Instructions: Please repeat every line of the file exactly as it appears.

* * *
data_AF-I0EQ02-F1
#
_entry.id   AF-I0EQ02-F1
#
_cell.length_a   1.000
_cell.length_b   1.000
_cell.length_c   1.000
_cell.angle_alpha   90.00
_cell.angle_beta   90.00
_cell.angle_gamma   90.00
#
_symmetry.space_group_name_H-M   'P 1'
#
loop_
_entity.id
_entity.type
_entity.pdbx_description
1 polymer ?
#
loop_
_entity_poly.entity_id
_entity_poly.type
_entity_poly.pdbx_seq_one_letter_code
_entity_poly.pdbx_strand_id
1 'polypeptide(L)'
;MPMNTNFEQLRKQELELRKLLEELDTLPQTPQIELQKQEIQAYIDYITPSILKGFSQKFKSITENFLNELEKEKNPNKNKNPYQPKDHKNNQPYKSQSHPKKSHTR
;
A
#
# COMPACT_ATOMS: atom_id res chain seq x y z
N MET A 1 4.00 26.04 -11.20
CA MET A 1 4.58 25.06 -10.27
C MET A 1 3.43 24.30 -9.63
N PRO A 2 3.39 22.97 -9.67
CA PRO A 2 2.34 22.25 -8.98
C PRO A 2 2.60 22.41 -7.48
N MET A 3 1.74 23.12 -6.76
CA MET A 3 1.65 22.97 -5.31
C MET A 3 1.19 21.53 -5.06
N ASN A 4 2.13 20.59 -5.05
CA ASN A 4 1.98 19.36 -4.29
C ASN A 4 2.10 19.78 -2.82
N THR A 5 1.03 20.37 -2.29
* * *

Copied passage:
data_AF-I0EQ02-F1
#
_entry.id   AF-I0EQ02-F1
#
_cell.length_a   1.000
_cell.length_b   1.000
_cell.length_c   1.000
_cell.angle_alpha   90.00
_cell.angle_beta   90.00
_cell.angle_gamma   90.00
#
_symmetry.space_group_name_H-M   'P 1'
#
loop_
_entity.id
_entity.type
_entity.pdbx_description
1 polymer ?
#
loop_
_entity_poly.entity_id
_entity_poly.type
_entity_poly.pdbx_seq_one_letter_code
_entity_poly.pdbx_strand_id
1 'polypeptide(L)'
;MPMNTNFEQLRKQELELRKLLEELDTLPQTPQIELQKQEIQAYIDYITPSILKGFSQKFKSITENFLNELEKEKNPNKNKNPYQPKDHKNNQPYKSQSHPKKSHTR
;
A
#
# COMPACT_ATOMS: atom_id res chain seq x y z
N MET A 1 4.00 26.04 -11.20
CA MET A 1 4.58 25.06 -10.27
C MET A 1 3.43 24.30 -9.63
N PRO A 2 3.39 22.97 -9.67
CA PRO A 2 2.34 22.25 -8.98
C PRO A 2 2.60 22.41 -7.48
N MET A 3 1.74 23.12 -6.76
CA MET A 3 1.65 22.97 -5.31
C MET A 3 1.19 21.53 -5.06
N ASN A 4 2.13 20.59 -5.05
CA ASN A 4 1.98 19.36 -4.29
C ASN A 4 2.10 19.78 -2.82
N THR A 5 1.03 20.37 -2.29